Updated: Oct 4, 2020
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I read Food: The Good Girl's Drug a few years ago, and I ate it up. No pun intended. It spoke to me. Rereading it gave me just as much insight as the first time. Gold lets her readers know they are not alone. She promotes healing, acceptance, and awareness of all eating disorders.
Order of information.
The book breaks down well. Gold splits her book into understanding the disorder, how to heal, and how to live life after the eating disorder. What helped me a lot was how the mental disorder happens and why it happens. Food: The Good Girl's Drug talks about the root of eating disorders like your genes and your family's traditions. It talked about what different triggers looked like and how to combat them. I could examine the root cause of my eating disorder and work from there.
Gold includes statistics and anecdotal evidence. The gravity of the situation is clear from the numbers. After figuring out why I binged, it also helped that the stats confirmed it was normal (though it shouldn't be) what happened to me. Reading about other people's binges was bittersweet because I have been there, and I can relate. But I don't want anyone else to go through that.
I like the interactive parts of Food: The Good Girl's Drug. There are questions and exercises throughout to help you think about all aspects of an eating disorder. One of the essential tasks was making a list of activities to do instead of binge eating. When those feelings arise and all you want to do is eat, you will have some tools to distract yourself.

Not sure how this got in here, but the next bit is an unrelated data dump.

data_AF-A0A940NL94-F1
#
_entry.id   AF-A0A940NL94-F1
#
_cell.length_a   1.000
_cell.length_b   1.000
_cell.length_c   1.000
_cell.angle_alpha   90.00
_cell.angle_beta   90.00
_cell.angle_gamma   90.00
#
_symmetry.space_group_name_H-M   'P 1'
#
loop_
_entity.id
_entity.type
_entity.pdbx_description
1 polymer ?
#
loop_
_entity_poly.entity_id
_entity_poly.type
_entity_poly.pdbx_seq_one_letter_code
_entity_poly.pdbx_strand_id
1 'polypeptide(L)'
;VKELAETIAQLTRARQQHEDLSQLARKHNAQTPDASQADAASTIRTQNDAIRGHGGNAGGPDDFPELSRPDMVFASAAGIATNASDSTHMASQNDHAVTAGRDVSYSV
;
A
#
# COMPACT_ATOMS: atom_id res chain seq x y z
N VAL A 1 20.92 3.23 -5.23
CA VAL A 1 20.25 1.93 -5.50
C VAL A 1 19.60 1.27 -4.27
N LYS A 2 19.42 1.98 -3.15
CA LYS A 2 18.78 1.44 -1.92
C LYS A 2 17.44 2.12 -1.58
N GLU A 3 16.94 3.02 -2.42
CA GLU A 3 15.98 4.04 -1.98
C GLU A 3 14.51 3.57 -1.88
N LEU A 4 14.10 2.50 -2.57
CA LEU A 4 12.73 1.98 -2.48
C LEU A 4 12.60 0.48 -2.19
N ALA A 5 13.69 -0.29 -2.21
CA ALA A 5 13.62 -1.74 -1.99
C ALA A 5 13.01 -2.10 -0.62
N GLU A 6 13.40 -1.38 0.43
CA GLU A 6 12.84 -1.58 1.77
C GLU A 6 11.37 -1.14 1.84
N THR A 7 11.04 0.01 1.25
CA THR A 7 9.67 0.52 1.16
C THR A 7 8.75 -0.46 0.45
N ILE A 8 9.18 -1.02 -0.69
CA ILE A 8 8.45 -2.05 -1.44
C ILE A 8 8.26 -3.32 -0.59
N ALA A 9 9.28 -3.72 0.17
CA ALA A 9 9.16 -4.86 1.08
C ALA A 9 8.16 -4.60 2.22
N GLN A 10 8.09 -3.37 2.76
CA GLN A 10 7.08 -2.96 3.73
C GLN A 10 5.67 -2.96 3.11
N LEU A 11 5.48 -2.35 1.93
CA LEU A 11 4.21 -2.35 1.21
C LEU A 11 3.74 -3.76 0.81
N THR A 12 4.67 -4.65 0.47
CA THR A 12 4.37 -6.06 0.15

Some of the other exercises include keeping a journal about negative body thoughts or of when and what you eat. Another activity that helped was the "then what?" game. For example, if I don't eat, then what? Eating disorders are not about food; they are about the underlying issues. These exercises helped discover the real reason for terrible relationships with food.
I like that the book was positive and supportive. It pointed out the gravity of an eating disorder, but it focused mainly on getting better. In my opinion, healing is the whole point. Gold has a way with words that made me feel empowered and encouraged me to be better.
One criticism I have is that I wish there were more about interacting with family and friends. There is a small section at the end of the book entitled "How to Deal with Friends, Loved Ones, and Food Pushers," which is ten pages long. It's about women telling their loved ones and how sometimes it went well and sometimes not. The book doesn't go into how to talk to loved ones.
Many people don't understand eating disorders, especially men. I have had a few interesting conversations with men, including my husband and dad, about my weird relationship with food. They don't know what questions to ask; I usually get a deer in the headlights look. I liked how Sunny shared how she talked to her husband about her eating disorder. I wish she went into it more and her relationship with her mom too. My eating disorder has been a real strain on my relationship with my parents, and I needed more help. But maybe that is my book to write.
I would recommend this book. Food: The Good Girl's Drug was helpful to me in every stage of my eating disorder. I am still working through why it happened, and Gold helped me figure that out.
Need another book? Maybe one of these will work:
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